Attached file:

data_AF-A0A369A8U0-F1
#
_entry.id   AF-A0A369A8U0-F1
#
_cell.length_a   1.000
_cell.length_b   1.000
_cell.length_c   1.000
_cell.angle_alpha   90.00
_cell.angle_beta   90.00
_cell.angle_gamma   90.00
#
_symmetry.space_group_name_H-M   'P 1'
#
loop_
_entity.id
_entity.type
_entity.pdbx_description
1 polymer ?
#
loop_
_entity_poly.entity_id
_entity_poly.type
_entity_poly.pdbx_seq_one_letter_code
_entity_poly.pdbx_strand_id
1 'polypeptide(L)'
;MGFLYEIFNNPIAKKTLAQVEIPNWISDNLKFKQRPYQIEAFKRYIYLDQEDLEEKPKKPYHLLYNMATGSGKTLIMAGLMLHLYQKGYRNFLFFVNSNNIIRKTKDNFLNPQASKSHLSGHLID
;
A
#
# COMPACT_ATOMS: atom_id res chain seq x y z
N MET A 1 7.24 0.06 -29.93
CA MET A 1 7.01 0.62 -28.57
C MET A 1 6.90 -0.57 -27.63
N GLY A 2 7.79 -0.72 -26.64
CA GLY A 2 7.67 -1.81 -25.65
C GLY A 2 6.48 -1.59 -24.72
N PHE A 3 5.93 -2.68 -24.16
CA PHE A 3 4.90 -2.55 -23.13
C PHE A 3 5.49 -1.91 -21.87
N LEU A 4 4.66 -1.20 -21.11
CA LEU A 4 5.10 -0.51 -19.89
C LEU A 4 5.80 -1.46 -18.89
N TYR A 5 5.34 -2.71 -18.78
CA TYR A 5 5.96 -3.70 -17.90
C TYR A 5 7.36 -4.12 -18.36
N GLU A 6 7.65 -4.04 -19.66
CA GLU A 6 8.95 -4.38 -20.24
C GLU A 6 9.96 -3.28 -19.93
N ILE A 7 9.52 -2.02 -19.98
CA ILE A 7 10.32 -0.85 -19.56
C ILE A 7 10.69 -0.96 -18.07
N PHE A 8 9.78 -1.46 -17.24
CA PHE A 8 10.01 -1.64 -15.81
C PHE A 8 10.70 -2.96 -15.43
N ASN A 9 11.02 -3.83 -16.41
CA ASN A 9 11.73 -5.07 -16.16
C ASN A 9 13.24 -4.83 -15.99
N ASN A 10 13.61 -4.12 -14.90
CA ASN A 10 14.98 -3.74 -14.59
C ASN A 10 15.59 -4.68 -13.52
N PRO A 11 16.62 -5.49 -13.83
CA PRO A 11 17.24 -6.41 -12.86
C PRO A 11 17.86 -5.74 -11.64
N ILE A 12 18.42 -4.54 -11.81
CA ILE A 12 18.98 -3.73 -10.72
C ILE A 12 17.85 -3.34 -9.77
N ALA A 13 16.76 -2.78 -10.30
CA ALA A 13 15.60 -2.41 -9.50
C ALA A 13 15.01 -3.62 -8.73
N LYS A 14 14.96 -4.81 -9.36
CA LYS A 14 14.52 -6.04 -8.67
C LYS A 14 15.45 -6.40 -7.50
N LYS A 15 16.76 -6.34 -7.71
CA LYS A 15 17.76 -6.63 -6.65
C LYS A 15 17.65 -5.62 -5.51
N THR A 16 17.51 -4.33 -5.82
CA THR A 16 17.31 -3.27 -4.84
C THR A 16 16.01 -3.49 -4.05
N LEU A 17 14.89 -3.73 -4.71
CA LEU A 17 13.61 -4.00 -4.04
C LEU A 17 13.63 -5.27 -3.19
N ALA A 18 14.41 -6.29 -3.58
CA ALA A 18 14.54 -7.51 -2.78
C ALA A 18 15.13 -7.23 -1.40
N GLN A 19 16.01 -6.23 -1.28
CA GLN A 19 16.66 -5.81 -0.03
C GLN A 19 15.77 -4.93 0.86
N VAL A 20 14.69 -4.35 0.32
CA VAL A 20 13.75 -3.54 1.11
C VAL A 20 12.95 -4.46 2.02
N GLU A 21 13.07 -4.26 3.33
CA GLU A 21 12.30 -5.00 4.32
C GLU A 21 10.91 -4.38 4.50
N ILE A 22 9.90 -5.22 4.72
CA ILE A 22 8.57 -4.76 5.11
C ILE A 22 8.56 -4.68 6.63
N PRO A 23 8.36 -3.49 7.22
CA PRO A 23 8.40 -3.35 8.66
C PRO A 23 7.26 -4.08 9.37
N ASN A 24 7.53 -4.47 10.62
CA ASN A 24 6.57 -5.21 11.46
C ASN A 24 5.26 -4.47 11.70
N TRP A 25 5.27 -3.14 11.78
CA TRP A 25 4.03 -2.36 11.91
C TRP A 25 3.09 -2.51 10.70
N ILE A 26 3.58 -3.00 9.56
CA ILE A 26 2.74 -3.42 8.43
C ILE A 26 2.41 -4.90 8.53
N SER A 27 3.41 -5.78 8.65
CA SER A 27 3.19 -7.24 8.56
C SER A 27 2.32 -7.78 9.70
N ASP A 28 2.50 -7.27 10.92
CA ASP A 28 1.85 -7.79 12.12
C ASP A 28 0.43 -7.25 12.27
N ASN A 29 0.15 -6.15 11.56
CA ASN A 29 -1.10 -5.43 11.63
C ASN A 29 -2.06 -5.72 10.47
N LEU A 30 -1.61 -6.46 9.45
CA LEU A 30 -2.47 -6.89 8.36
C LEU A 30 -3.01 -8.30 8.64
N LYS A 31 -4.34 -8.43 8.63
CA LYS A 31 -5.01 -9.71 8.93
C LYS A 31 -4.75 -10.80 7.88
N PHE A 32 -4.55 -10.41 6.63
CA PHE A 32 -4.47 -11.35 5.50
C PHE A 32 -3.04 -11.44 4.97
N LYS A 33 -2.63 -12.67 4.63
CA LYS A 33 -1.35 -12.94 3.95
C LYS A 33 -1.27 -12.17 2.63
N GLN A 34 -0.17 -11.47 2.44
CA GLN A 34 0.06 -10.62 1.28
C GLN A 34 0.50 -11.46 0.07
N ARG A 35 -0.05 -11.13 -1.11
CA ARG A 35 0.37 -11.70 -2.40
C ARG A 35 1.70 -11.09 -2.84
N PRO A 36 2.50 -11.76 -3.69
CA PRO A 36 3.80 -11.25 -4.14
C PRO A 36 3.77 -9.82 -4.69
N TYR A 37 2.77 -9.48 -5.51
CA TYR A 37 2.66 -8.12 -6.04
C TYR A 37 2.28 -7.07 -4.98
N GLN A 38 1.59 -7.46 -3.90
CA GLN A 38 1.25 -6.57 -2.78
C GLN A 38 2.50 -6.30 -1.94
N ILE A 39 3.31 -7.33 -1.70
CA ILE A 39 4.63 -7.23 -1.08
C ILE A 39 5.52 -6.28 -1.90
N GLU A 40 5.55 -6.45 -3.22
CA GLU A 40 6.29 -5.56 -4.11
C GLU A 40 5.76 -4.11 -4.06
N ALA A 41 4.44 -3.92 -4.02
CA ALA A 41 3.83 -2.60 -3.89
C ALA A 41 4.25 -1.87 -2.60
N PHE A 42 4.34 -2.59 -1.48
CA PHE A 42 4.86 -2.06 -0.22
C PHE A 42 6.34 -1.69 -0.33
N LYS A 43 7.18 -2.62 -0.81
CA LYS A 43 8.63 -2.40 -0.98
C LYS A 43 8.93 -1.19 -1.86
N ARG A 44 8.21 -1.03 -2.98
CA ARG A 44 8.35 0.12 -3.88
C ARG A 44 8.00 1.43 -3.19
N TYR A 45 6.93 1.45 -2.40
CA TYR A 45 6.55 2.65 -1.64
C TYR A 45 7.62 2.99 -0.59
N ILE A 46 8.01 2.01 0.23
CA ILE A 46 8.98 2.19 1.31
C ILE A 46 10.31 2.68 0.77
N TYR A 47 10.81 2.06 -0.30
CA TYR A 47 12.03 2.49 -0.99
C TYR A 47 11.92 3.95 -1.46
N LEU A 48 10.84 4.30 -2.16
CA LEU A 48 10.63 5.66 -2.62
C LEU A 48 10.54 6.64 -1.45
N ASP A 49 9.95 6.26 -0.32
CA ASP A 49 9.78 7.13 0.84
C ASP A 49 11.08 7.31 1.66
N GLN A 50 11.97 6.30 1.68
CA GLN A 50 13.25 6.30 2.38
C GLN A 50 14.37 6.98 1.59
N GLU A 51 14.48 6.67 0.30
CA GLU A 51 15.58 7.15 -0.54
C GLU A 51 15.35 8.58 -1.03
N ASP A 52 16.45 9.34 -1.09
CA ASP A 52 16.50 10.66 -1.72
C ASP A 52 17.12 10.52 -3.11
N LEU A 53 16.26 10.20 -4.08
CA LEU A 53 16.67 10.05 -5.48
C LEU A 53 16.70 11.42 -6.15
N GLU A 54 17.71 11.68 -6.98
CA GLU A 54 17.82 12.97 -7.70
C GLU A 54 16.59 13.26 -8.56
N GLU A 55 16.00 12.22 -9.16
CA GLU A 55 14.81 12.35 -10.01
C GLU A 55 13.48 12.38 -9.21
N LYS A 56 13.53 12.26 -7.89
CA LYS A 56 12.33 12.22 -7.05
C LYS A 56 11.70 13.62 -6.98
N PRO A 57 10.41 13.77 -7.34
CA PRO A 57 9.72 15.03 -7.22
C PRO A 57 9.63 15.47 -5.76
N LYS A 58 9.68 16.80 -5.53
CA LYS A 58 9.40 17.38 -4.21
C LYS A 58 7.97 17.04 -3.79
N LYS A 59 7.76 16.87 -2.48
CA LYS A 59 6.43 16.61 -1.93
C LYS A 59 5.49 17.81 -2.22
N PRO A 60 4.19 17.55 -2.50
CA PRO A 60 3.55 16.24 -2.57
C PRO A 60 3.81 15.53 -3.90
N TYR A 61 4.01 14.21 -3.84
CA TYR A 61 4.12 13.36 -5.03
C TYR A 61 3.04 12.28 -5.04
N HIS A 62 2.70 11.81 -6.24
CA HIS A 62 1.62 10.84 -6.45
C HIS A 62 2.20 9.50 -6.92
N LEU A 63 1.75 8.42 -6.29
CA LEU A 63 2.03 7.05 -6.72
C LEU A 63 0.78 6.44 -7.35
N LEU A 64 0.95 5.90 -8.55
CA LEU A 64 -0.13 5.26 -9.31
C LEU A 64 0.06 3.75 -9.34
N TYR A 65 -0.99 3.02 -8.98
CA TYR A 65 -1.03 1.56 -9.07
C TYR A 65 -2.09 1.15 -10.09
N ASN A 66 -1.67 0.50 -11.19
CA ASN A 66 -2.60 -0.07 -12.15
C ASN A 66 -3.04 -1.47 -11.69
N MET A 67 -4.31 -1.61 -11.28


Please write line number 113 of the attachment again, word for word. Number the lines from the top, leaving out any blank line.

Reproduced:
CA ASP A 28 1.85 -7.79 12.12